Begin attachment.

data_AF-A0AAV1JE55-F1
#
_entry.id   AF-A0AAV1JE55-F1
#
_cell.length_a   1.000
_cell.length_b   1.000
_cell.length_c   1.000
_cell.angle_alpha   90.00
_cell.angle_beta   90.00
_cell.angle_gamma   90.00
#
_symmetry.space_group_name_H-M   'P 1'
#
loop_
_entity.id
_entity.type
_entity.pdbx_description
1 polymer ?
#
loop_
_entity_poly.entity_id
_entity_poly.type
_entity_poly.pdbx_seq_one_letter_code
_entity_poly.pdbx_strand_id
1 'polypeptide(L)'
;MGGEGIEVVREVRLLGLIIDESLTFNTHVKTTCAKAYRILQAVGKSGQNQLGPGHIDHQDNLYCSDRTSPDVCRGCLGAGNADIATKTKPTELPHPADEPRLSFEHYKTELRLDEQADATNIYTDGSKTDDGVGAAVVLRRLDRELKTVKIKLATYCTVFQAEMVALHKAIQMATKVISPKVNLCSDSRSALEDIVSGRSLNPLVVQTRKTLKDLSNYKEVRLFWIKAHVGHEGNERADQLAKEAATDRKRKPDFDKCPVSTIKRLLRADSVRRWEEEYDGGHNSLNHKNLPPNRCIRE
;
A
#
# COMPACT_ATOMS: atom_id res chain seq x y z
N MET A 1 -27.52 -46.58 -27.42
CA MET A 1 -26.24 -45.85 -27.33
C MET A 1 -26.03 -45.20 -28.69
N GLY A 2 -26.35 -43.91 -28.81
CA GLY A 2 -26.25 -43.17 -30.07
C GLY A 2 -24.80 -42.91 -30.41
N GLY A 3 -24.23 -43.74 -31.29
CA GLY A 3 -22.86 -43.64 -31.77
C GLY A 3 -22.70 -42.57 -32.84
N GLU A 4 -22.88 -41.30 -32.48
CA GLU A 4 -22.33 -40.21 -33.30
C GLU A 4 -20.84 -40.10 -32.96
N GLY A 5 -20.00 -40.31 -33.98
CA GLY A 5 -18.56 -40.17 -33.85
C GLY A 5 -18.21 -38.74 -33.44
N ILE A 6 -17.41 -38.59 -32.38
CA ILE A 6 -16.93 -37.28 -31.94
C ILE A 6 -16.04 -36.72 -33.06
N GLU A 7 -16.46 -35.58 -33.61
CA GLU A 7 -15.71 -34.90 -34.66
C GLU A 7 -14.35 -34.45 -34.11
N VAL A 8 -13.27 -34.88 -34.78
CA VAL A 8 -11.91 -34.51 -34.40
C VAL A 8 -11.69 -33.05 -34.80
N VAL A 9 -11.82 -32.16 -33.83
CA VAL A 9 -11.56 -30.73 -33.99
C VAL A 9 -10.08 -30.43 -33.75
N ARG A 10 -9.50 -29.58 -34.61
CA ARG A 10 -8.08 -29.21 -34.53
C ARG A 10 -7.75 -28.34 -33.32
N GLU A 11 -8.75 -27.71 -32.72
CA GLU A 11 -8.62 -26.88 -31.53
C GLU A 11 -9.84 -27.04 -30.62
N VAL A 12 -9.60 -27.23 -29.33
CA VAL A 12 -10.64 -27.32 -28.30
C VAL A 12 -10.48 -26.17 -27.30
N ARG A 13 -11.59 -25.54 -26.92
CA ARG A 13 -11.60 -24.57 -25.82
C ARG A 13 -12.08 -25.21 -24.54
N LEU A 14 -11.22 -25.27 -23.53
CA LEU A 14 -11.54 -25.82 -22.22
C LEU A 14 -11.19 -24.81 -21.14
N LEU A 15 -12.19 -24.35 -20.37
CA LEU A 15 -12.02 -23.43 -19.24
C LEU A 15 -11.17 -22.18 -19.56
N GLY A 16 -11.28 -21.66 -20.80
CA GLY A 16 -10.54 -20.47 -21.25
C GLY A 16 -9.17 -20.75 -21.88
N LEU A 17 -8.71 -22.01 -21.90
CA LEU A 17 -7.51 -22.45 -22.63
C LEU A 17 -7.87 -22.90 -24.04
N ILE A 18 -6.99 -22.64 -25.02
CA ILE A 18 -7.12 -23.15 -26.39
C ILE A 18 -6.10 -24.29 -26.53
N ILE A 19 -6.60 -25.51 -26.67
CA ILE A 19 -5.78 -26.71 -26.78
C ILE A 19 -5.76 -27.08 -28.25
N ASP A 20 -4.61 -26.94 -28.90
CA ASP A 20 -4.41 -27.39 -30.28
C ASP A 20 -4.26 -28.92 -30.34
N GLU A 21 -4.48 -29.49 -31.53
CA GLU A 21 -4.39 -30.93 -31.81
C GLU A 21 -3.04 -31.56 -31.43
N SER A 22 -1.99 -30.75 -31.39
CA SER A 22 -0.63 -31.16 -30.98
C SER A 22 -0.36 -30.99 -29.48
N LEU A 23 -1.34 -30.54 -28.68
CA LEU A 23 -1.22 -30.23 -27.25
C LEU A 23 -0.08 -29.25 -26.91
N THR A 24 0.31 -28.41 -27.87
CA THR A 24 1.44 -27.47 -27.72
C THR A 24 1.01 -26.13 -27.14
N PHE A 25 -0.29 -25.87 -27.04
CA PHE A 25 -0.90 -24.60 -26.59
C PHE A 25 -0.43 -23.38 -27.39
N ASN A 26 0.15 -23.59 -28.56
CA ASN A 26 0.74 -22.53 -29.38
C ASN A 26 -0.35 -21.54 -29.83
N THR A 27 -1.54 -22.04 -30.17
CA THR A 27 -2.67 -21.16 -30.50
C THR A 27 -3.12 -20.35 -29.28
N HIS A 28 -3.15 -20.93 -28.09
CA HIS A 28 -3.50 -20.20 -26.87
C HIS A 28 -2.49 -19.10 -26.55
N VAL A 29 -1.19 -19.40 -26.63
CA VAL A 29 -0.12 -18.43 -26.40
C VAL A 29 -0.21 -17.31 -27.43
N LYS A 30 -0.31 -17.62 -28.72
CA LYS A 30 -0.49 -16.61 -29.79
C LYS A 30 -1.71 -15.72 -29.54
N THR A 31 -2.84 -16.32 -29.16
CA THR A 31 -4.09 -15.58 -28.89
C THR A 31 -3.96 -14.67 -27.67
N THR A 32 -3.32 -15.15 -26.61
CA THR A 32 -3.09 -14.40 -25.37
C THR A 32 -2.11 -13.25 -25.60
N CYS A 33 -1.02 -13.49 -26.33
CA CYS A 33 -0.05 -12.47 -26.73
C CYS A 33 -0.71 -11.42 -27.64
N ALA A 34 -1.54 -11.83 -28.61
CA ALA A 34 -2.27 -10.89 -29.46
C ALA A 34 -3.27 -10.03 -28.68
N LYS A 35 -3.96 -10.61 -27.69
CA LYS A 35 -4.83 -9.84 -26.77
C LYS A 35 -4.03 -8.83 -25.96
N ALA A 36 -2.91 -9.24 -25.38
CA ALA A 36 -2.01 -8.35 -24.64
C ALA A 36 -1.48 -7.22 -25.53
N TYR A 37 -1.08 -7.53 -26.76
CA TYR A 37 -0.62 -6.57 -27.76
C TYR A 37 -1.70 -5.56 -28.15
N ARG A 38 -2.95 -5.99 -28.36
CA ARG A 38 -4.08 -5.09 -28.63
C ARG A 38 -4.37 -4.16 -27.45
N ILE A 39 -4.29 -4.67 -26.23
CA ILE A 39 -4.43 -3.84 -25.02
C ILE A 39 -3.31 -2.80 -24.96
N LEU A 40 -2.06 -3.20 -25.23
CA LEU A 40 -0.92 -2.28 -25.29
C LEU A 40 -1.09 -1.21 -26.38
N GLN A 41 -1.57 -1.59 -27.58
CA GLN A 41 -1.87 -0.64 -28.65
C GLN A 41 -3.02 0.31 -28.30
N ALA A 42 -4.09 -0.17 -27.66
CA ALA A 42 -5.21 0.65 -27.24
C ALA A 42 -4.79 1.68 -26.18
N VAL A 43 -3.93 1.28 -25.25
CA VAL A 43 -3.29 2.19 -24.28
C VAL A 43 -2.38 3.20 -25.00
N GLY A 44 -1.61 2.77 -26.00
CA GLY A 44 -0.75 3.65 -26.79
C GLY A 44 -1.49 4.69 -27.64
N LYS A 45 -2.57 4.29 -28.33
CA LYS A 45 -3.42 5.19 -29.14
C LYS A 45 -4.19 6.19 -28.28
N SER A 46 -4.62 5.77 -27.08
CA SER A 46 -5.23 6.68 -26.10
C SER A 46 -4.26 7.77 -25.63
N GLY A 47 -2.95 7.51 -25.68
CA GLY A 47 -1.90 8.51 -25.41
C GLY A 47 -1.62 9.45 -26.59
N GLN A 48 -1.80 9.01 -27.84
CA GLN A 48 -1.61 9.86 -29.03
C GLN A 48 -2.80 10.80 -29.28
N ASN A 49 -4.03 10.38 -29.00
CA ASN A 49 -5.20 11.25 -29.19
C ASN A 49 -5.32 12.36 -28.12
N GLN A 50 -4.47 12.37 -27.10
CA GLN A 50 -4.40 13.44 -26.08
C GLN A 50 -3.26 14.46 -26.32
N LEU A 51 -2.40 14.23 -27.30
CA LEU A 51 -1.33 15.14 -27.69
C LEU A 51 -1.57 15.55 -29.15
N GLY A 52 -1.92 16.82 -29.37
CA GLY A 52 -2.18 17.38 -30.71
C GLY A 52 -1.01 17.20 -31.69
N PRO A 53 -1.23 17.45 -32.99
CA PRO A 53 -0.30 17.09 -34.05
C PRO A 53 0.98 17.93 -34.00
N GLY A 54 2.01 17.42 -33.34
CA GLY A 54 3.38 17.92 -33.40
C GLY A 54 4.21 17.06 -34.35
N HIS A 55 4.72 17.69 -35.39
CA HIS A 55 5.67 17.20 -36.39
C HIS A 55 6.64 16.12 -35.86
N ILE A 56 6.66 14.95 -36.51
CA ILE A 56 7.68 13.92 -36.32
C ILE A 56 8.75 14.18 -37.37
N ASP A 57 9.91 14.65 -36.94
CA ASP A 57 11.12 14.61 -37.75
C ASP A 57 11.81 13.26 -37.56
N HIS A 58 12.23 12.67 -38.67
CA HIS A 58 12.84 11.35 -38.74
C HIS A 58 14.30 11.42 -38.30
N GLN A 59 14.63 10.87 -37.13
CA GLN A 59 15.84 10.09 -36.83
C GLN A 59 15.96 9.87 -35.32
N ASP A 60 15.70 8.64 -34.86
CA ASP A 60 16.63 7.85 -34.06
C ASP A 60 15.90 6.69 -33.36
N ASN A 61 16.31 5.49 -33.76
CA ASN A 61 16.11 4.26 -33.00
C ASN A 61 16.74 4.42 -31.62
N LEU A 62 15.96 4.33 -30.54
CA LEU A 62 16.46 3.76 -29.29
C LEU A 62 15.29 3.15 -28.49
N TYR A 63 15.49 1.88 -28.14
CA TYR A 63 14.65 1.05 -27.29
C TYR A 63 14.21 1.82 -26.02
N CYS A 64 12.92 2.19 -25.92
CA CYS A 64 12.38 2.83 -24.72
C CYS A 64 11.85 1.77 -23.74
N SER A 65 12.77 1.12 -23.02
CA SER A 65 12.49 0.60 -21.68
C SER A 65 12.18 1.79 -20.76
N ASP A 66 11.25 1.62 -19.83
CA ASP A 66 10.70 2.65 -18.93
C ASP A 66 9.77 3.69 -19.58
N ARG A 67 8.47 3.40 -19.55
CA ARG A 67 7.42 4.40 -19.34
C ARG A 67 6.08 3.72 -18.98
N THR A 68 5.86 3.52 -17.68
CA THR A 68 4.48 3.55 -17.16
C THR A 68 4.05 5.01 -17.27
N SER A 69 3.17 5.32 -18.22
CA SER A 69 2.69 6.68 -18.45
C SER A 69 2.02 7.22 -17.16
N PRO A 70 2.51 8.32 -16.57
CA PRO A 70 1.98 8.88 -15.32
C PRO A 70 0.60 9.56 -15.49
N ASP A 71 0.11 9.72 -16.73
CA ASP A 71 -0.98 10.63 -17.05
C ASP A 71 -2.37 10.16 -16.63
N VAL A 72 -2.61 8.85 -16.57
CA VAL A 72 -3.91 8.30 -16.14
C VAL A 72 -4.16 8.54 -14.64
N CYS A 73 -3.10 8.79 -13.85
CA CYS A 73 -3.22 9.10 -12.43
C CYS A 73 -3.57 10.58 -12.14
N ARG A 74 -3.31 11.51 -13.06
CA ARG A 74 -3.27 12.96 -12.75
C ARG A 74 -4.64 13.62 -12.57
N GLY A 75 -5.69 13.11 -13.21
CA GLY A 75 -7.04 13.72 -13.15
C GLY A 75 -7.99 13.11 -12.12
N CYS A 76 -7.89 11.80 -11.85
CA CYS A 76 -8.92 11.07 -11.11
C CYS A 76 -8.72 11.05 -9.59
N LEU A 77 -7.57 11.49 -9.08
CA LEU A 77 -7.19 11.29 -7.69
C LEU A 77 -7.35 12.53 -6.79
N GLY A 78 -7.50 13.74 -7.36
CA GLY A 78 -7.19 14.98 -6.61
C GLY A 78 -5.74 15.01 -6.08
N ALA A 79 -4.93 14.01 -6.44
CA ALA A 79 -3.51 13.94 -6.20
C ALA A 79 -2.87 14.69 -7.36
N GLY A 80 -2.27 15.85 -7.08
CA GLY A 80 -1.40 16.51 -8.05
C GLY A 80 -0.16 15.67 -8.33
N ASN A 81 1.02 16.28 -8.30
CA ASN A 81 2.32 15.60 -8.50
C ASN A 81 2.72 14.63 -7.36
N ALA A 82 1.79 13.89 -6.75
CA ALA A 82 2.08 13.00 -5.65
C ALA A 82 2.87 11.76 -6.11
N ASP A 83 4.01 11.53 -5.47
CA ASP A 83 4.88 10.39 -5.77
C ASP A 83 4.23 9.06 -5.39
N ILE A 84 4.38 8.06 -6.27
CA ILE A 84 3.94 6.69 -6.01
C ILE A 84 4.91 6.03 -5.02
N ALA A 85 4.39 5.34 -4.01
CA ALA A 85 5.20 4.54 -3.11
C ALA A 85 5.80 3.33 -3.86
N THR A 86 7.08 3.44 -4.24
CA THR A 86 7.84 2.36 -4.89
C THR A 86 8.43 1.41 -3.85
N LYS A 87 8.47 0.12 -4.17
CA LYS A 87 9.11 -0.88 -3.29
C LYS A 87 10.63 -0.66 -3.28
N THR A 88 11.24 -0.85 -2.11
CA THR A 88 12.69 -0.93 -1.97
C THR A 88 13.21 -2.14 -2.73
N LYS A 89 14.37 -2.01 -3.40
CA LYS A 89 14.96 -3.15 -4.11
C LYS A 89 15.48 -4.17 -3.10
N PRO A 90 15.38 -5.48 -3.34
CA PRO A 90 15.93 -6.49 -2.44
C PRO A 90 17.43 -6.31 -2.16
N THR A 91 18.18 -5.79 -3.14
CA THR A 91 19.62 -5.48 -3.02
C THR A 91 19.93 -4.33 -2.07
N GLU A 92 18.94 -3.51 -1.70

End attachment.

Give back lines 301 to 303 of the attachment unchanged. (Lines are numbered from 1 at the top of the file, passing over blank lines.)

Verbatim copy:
N THR A 91 18.18 -5.79 -3.14
CA THR A 91 19.62 -5.48 -3.02
C THR A 91 19.93 -4.33 -2.07